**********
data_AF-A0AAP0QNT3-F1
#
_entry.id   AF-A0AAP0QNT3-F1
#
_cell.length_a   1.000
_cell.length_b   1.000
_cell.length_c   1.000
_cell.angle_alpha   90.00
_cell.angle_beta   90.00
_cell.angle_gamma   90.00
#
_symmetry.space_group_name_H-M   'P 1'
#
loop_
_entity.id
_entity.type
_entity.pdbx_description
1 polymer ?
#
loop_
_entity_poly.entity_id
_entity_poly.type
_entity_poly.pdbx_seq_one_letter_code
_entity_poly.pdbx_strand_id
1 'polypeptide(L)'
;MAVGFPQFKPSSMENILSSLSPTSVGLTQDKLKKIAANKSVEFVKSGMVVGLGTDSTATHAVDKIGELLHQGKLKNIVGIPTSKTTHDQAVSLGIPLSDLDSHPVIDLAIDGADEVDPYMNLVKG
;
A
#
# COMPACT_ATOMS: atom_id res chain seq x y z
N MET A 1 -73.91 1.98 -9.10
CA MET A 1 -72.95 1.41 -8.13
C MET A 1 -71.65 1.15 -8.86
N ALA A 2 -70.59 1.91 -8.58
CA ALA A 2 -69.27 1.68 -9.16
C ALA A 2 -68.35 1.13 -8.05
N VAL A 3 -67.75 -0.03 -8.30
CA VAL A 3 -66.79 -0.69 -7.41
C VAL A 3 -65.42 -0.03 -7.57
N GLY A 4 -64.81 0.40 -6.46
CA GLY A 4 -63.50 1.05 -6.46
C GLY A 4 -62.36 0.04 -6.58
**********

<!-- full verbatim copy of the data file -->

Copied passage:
data_AF-A0AAP0QNT3-F1
#
_entry.id   AF-A0AAP0QNT3-F1
#
_cell.length_a   1.000
_cell.length_b   1.000
_cell.length_c   1.000
_cell.angle_alpha   90.00
_cell.angle_beta   90.00
_cell.angle_gamma   90.00
#
_symmetry.space_group_name_H-M   'P 1'
#
loop_
_entity.id
_entity.type
_entity.pdbx_description
1 polymer ?
#
loop_
_entity_poly.entity_id
_entity_poly.type
_entity_poly.pdbx_seq_one_letter_code
_entity_poly.pdbx_strand_id
1 'polypeptide(L)'
;MAVGFPQFKPSSMENILSSLSPTSVGLTQDKLKKIAANKSVEFVKSGMVVGLGTDSTATHAVDKIGELLHQGKLKNIVGIPTSKTTHDQAVSLGIPLSDLDSHPVIDLAIDGADEVDPYMNLVKG
;
A
#
# COMPACT_ATOMS: atom_id res chain seq x y z
N MET A 1 -73.91 1.98 -9.10
CA MET A 1 -72.95 1.41 -8.13
C MET A 1 -71.65 1.15 -8.86
N ALA A 2 -70.59 1.91 -8.58
CA ALA A 2 -69.27 1.68 -9.16
C ALA A 2 -68.35 1.13 -8.05
N VAL A 3 -67.75 -0.03 -8.30
CA VAL A 3 -66.79 -0.69 -7.41
C VAL A 3 -65.42 -0.03 -7.57
N GLY A 4 -64.81 0.40 -6.46
CA GLY A 4 -63.50 1.05 -6.46
C GLY A 4 -62.36 0.04 -6.58